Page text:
This is what Inclusion looks like

Imagine walking into a classroom and seeing everyone engaged in learning, where some students are working in a group while others work independently. Some are sitting on bean bag chairs while others are standing while they learn. Maybe some students prefer to type while others write by hand or on a tablet, and some read traditional textbooks while others use e-readers.

And the teacher isn’t losing their mind while trying to keep every individual student on the same page at the same time.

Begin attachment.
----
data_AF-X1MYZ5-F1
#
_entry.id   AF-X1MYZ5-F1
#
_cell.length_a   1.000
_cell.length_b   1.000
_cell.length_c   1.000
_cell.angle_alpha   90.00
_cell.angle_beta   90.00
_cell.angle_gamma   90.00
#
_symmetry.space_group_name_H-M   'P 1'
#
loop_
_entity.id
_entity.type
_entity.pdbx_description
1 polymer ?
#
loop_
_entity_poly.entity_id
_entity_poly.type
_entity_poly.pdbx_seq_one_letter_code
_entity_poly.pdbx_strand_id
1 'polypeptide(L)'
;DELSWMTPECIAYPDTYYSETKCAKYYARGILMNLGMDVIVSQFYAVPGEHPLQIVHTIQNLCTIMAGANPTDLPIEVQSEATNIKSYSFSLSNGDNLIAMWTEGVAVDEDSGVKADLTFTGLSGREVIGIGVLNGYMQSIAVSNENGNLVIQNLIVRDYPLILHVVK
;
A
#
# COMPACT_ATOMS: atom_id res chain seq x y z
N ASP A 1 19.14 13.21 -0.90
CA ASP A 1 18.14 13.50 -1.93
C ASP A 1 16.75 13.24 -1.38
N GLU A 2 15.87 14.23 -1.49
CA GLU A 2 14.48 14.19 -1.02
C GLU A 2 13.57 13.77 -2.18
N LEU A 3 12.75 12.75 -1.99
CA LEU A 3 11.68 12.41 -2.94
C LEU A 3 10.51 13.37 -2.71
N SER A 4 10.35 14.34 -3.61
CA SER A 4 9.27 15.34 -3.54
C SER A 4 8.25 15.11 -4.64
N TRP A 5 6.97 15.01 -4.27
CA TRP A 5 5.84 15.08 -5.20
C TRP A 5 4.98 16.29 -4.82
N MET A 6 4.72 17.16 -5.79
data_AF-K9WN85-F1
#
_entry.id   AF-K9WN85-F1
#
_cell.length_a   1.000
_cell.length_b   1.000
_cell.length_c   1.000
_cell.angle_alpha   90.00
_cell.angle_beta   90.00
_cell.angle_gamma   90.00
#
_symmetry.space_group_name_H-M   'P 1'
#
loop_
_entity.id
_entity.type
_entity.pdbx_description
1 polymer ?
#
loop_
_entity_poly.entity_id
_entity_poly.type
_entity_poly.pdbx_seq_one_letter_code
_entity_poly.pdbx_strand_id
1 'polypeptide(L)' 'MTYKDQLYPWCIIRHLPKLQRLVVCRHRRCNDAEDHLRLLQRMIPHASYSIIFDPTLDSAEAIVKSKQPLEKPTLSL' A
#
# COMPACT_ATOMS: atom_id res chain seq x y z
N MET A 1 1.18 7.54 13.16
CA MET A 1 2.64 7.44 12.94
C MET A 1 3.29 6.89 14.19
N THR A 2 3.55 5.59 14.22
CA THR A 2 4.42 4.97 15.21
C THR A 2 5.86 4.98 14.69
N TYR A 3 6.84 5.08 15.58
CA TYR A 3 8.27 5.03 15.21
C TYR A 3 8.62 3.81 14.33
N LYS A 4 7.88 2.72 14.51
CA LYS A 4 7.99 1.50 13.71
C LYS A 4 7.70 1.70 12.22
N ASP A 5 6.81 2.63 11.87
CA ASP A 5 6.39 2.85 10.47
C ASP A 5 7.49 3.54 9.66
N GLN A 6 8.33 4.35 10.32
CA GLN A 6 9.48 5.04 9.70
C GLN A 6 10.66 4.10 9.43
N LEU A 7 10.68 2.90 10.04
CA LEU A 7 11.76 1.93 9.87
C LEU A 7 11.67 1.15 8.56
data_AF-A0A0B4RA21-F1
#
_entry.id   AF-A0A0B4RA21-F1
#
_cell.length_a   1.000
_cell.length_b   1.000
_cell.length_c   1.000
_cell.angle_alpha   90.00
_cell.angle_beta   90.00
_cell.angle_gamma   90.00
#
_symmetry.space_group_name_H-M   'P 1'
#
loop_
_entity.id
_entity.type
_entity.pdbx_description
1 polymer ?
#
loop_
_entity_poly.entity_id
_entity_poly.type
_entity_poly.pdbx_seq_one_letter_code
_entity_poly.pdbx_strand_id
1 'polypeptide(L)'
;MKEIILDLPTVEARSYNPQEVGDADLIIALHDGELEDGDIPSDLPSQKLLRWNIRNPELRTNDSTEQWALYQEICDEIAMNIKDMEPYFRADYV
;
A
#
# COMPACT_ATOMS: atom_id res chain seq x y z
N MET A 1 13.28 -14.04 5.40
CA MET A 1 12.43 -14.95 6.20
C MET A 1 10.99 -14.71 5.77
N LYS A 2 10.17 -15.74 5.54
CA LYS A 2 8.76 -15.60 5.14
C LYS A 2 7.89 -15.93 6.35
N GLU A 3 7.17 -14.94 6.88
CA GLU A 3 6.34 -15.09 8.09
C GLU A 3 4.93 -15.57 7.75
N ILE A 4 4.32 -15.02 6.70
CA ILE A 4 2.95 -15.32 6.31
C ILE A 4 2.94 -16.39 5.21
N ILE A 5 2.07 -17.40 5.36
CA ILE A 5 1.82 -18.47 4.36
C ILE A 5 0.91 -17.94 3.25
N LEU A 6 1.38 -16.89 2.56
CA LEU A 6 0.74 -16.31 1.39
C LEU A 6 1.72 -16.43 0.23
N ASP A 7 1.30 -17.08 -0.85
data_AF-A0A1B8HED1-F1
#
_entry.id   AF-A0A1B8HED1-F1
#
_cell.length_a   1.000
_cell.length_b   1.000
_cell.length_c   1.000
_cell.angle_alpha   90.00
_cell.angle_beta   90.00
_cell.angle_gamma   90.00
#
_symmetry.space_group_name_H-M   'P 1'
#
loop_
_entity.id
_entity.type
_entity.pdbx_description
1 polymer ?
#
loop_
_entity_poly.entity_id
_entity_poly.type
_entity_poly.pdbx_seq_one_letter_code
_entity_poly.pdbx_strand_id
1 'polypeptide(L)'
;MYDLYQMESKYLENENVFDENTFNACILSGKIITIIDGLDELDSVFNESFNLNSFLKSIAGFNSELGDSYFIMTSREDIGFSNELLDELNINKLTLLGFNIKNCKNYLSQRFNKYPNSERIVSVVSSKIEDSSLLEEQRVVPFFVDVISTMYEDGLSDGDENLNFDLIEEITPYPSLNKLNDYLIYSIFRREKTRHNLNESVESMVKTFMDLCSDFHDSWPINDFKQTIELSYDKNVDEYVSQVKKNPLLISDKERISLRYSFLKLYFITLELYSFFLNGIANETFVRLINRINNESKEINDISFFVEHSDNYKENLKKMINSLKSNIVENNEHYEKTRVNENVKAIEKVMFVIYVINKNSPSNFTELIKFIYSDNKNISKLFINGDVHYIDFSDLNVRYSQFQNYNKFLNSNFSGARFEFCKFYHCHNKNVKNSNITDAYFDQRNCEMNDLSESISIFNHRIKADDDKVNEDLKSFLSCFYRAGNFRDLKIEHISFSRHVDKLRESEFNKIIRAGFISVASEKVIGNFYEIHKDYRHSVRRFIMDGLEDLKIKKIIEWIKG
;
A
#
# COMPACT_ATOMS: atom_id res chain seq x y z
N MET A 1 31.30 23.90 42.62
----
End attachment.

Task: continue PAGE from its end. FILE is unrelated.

My point is — if you are looking at a traditional classroom where all of the students are sitting forward attentively listening, you have the wrong idea on what inclusion really is.

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